Of the 71 players on the 49ers roster at the end of the season, 31 were draft picks of some description. Add in the 15 undrafted free agents, and nearly 65 percent of San Francisco’s squad was put together outside of big-name free-agent signings.
|Method||No. of Players||Examples|
|Drafted||31||Colin Kaepernick, Joe Staley, NaVorro Bowman|
|Undrafted Free Agent||15||Alex Boone, Tony Jerod-Eddie, Tramaine Brock|
|Unrestricted Free Agent||10||Jonathan Goodwin, Justin Smith, Donte Whitner|
|Street Free Agents||9||Will Tukuafu, Michael Wilhoite, Eric Wright|
|Trades||3||Colt McCoy, Anquan Boldin, Jon Baldwin|
|Waivers||2||Ahmad Brooks, C.J. Spillman|
|Signed from Practice Squad||1||Ryan Seymour|
The 49ers have opted to build their team smartly, cheaply and efficiently, rather than blowing money overpaying for high-priced free agents. This philosophy has allowed them to assemble a perennial contender—it’s a sustainable strategy for long-term success.
The core of the 49ers was put together in the 2010 and 2011 drafts, each ran by current general manager Trent Baalke. Those two seasons saw the 49ers add Anthony Davis, Mike Iupati, NaVorro Bowman, Aldon Smith, Colin Kaepernick, Chris Culliver and Daniel Kilgore to their roster—all expected to start in 2014. That’s nearly a third of the starting lineup taken in just two drafts.
The 2012 draft looks to be more or less a bust at this point, though it’s still early, but 2013 saw the 49ers add Eric Reid to the starting lineup, with players like Quinton Patton, Tank Carradine and Marcus Lattimore slotted to see more playing time this season.
Since the rookie salary scale was put into place in 2011, the most cost-efficient way to build a contender under the salary cap is through the draft. The 49ers got away with paying Colin Kaepernick less than $600,000 last season thanks to his status as a draft pick, saving the team millions against the cap. He isn’t even the highest-paid quarterback on the roster.
By nailing starters in the draft, the 49ers have had the luxury to go after moderately priced free agents to fill holes, rather than getting into bidding wars for the cream of the NFL crop. While it’s true a player like Aqib Talib would be a great addition to a team, the eight-digit salary-cap hits Talib brings with him, per Spotrac, would imbalance the team’s salary structure.
Therefore, since Baalke took over the team, the 49ers haven’t made the big splash in free agency. The closest thing to a major signing they’ve had was bringing Phil Dawson into the fold in 2012—hardly breaking the bank there.
Because they’re confident in their draft picks, they’re all right in letting expensive players go in free agency. Chris Culliver and Tramaine Brock will move from backup roles to regular starters, rather than the 49ers overpaying to keep Carlos Rodgers or Tarell Brown in free agency. Daniel Kilgore will step in for Jonathan Goodwin. Quinton Patton moves up to take Mario Manningham’s slot. And so the roster keeps turning over.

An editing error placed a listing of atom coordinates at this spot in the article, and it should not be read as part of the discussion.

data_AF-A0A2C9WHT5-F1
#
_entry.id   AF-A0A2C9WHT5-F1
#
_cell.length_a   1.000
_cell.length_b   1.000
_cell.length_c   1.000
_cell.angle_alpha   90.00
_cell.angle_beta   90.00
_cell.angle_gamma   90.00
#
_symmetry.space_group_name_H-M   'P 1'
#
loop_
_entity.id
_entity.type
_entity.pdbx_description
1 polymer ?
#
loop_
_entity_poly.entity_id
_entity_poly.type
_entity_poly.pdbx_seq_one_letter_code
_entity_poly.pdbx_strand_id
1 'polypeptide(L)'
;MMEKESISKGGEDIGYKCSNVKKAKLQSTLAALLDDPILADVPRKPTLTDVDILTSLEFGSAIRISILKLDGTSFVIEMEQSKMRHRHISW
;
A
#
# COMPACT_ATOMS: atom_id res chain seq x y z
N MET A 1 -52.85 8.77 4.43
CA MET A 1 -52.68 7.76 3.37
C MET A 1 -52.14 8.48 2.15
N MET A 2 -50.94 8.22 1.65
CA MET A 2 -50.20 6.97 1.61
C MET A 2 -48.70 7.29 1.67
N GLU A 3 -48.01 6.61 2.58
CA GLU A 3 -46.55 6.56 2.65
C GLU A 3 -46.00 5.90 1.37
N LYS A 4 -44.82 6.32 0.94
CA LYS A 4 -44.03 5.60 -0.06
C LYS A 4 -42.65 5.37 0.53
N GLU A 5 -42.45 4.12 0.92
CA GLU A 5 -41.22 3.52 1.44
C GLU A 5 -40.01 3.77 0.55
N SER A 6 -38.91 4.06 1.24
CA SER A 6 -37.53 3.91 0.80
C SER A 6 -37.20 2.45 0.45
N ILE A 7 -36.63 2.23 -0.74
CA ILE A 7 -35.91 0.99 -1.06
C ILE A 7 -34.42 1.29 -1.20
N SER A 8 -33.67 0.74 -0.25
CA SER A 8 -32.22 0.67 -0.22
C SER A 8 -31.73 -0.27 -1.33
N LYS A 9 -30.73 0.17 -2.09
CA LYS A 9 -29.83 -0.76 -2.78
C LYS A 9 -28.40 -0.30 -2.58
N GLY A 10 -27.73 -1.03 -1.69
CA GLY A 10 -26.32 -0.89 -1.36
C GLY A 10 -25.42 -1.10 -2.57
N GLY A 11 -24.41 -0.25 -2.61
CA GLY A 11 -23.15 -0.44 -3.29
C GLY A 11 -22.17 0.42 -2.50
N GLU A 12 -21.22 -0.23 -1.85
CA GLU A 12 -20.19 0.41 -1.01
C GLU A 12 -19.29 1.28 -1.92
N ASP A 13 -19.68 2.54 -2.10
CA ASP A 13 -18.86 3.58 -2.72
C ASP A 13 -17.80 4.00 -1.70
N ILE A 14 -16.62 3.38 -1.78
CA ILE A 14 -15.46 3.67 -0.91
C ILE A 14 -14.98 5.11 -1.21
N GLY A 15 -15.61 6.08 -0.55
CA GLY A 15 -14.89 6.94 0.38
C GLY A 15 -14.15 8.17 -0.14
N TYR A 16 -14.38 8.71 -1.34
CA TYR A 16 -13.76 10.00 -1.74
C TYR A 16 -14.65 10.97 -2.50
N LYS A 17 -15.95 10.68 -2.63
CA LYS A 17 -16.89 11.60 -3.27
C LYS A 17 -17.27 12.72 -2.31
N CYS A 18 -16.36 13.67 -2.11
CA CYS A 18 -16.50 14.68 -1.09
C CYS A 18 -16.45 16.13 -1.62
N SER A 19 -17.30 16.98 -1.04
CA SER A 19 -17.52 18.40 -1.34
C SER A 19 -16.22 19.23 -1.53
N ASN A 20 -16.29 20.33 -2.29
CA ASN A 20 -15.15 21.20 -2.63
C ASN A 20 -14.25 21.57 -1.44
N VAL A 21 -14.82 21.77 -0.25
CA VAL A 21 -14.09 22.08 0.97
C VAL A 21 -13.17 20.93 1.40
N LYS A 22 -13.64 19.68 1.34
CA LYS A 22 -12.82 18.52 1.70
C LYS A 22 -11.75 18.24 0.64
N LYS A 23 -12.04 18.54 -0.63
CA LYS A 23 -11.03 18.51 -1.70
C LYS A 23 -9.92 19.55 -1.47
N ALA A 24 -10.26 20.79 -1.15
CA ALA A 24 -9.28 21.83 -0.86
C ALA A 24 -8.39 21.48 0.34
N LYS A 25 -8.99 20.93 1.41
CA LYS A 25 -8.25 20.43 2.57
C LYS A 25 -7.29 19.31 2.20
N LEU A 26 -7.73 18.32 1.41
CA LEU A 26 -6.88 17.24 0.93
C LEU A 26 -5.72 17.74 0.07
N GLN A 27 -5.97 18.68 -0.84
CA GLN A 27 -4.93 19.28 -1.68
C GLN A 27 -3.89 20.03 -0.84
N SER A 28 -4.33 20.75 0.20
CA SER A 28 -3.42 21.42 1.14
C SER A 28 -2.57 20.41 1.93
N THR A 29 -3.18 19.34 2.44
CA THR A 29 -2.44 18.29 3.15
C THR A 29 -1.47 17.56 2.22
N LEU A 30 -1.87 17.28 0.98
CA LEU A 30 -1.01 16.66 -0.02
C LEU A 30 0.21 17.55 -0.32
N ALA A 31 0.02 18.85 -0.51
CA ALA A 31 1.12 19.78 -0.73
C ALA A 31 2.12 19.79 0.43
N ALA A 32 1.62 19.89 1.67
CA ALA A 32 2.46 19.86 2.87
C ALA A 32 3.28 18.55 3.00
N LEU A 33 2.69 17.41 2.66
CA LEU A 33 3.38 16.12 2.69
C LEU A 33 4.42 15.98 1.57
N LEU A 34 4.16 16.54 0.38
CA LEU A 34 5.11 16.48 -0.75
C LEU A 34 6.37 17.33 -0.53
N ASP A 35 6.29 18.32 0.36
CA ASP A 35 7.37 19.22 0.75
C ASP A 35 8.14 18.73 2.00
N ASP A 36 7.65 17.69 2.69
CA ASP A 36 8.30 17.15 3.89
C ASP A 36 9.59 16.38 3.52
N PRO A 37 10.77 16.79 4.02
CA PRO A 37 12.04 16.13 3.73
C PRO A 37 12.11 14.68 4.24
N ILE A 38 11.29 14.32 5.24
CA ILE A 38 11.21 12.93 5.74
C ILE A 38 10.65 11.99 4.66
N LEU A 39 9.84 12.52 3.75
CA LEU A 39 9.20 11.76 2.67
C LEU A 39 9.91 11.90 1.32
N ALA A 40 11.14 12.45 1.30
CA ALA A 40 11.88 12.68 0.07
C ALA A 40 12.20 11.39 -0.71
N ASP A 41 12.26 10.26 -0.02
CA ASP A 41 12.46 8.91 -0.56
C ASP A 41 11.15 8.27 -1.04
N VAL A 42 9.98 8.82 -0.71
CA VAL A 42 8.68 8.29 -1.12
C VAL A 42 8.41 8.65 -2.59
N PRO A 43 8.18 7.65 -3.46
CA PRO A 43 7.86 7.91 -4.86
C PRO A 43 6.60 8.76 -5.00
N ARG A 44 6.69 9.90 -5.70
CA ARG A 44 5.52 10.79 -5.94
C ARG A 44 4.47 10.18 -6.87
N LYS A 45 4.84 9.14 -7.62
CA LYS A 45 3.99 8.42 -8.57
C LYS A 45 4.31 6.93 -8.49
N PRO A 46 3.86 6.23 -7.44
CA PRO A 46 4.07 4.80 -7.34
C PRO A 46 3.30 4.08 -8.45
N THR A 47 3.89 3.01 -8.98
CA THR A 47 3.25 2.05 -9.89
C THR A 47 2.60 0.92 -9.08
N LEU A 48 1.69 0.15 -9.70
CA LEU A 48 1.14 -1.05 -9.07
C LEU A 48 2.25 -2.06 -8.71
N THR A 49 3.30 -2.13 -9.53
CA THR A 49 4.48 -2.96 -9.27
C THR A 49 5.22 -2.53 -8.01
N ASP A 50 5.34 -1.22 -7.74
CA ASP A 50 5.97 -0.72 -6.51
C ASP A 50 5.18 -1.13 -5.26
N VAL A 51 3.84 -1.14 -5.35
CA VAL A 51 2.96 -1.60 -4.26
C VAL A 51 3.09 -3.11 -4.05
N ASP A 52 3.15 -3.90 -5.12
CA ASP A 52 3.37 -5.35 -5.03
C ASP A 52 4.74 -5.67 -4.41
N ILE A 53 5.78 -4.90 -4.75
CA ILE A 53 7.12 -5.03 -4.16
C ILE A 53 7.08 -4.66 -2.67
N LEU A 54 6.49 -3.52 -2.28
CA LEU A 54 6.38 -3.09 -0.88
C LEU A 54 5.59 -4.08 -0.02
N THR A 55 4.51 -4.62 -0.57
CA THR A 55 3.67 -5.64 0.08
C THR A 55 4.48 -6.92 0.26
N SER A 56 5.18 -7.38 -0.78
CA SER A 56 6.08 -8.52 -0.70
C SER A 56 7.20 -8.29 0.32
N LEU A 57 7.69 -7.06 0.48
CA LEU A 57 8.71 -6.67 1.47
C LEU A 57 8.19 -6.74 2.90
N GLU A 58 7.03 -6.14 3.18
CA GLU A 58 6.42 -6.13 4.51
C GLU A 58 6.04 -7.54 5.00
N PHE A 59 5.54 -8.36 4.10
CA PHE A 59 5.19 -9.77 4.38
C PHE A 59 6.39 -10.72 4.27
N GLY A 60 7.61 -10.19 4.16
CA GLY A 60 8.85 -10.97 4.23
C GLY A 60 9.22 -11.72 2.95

That’s not to say the team should never keep its own free agents—the 49ers just make sure that they’re getting good deals when extending their key players. Joe Staley, for example, is signed through 2017 at only an average of $7.2 million a year, keeping him out of the top 10 highest-paid left tackles. By signing him before he could reach free agency, the 49ers got an elite lineman at a discount.
That’s the strategy they’re taking with Colin Kaepernick, as well—paying him before they have to get into a bidding war for his services.
It all comes back to the success in the draft, however. Nailing your draft picks not only gets you players playing well at a fraction of their true market value, but also gives you that first right to negotiate with them, allowing you to keep them on your team. You can either re-sign players on team-friendly deals, or you can draft their successors and plug them in as needed.
The salary cap basically ensures that the majority of your team can’t be highly paid. With a $133 million salary-cap number, the average player on your team can only make just over $2.5 million. If you succeed in the draft, those players making less than $2.5 million can be valuable contributors, rather than just fodder to fill out your roster.
For the 49ers to continue their success in the long term, they’re going to have to continue to draft well. The 2012 draft looks like a bust as it stands now; only LaMichael James contributed to the team in a notable capacity last season. That puts pressure on both the 2013 class, which didn’t have much of an opportunity to contribute last season, and the upcoming 2014 class to make a large impact.
No team can expect to get three or four solid starters in every draft. That’s a success rate that’s almost impossible to keep up. On the other hand, a few drafts like 2012 in a row, and the team will find it’s window slamming shut sooner rather than later.
For the 49ers to continue as perennial contenders, especially as Kaepernick’s valuable contract balloons upward, they’re going to have to continue excelling in the draft, year after year.
What does that mean in 2014? It means not only finding players to fill current holes, but also preparing for pending free agents in upcoming seasons.
Last season, we saw Marcus Lattimore drafted as a potential replacement for Frank Gore, and Tank Carradine drafted as a potential replacement for Justin Smith. This year, we could see players drafted as the heirs apparent to players such as Michael Crabtree, Mike Iupati, Aldon Smith and Glenn Dorsey, all of whom loom as free agents in 2015. While the 49ers will try their best to keep all of them, drafting solid replacements is a necessity in the salary-cap-driven NFL.
Trent Baalke and his staff have shown good drafting skills so far during their NFL tenure. As long as they keep consistently adding talent through the draft, the 49ers look to be contenders for a long time to come.